TORONTO (Reuters) - Sherritt International Corp said on Tuesday that recent weakness in the price of cobalt, a key material in rechargeable batteries, is expected to be temporary as demand continues to grow from the electric vehicle market.
Toronto-based Sherritt said prices softened in the second quarter on growing market sentiment that price gains had outpaced an increase in demand. Consumers then began delaying purchases, waiting for prices to bottom, the miner said.
The average price of cobalt rose 66 percent over the same three-month period in 2017, said Sherritt, to $42.93 a pound, marking an eighth consecutive quarter of higher prices.
Prices are also likely to strengthen on supply risk concerns linked to the Democratic Republic of Congo (DRC), said the company. The DRC supplies some two thirds of the world’s cobalt, but has issues with child labor and political risk.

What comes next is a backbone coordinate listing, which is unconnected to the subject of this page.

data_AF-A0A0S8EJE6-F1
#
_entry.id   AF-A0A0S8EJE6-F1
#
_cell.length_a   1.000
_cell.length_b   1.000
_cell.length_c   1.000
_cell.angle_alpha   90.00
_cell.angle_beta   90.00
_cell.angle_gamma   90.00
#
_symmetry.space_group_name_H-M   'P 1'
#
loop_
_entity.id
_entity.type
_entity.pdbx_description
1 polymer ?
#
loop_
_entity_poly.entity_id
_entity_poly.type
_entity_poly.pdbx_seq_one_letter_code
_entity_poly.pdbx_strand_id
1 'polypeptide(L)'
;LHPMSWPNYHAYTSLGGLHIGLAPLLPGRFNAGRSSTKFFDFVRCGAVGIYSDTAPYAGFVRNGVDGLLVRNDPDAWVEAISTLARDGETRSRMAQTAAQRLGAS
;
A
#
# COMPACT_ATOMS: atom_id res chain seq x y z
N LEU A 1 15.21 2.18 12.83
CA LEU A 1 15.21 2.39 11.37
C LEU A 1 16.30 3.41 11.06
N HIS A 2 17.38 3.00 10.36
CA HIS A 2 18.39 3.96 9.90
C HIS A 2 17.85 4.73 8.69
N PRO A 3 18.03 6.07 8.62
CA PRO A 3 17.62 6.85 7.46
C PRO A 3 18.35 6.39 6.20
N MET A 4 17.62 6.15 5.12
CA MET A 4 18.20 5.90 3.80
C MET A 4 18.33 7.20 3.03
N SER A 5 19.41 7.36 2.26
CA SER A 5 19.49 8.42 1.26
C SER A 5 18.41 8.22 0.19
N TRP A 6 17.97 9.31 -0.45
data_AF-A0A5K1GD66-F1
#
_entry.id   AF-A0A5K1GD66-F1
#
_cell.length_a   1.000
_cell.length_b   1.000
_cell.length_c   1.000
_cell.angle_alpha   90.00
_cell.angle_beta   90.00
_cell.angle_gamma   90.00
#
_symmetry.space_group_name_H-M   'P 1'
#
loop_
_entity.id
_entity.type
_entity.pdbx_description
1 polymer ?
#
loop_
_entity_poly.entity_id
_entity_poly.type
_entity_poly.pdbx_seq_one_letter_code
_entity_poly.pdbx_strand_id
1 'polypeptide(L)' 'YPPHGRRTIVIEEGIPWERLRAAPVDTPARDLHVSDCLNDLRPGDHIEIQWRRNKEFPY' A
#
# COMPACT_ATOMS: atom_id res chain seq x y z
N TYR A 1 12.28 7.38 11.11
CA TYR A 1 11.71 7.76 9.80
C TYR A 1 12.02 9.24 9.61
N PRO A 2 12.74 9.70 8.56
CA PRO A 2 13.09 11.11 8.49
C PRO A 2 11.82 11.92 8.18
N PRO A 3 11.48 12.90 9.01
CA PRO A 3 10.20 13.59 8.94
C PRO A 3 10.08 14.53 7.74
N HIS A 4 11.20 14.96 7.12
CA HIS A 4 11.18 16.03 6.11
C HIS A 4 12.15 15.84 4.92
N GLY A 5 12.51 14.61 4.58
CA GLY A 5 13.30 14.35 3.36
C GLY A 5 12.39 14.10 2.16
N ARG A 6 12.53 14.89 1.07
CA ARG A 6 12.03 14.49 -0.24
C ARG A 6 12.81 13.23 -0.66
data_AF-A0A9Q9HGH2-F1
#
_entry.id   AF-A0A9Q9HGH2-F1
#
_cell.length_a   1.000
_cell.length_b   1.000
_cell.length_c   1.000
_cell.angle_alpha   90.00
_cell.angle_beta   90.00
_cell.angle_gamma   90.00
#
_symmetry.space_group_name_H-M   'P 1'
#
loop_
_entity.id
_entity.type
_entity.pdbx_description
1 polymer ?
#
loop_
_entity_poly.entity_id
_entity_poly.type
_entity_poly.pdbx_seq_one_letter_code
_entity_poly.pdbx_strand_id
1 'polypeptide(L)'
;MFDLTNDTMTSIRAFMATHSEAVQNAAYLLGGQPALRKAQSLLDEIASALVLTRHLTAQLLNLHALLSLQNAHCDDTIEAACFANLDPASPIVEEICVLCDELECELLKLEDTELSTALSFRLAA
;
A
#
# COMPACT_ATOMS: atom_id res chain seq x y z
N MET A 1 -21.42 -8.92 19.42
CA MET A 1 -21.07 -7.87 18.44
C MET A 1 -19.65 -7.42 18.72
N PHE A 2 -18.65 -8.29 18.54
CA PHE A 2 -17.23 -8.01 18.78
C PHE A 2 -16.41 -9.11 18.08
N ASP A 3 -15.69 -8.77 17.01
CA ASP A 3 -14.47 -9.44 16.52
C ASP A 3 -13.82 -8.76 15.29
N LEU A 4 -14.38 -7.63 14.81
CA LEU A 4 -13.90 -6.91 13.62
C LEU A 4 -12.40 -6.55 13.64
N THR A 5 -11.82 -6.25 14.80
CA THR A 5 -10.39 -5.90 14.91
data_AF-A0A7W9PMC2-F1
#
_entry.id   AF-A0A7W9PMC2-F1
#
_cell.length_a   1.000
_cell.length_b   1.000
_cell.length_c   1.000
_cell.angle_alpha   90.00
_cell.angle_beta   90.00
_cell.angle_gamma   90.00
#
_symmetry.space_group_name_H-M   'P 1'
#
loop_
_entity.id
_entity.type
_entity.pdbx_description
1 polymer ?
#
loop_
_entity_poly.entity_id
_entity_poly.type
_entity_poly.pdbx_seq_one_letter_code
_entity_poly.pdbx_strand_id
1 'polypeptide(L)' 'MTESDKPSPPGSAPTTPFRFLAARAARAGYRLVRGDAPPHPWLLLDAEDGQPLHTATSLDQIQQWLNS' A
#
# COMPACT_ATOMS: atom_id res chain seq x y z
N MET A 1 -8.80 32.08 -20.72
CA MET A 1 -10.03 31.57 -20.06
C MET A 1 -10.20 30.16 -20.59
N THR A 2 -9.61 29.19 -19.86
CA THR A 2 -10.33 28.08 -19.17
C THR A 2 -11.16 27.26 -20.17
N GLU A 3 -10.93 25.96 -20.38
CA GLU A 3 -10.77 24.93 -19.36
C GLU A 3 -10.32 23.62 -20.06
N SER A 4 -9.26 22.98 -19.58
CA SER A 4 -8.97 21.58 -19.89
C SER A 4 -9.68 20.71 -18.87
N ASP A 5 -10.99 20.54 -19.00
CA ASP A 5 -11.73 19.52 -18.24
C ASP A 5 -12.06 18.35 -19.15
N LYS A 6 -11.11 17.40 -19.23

“As cobalt prices have a limited impact on overall battery pack costs, high prices are not expected to cause supply-chain disruptions or delay the growth of the electric vehicle market,” the diversified miner said.
“The risk of cobalt substitution in electric vehicle battery production in the near term is relatively low given cobalt’s unique energy transference properties,” it added.
Cobalt customer Panasonic Corp recently suspended ties with Sherritt, Reuters exclusively reported, due to concerns that its cobalt, used in batteries made for Tesla cars, came from Cuba, a country subject to U.S. sanctions.
Sherritt had declined to comment on questions about whether it sold cobalt to Panasonic.
Sherritt, which has power, oil and metal investments in Canada, Cuba and Madagascar, reported a net profit of C$2.8 million or 1 Canadian cent a share in the quarter. That compares to a net loss of C$101.9 million, or 35 Canadian cents a share, in the same period last year.
Revenue slipped to C$201.1 million from C$231 million.
Reporting by Susan Taylor; Editing by Sandra Maler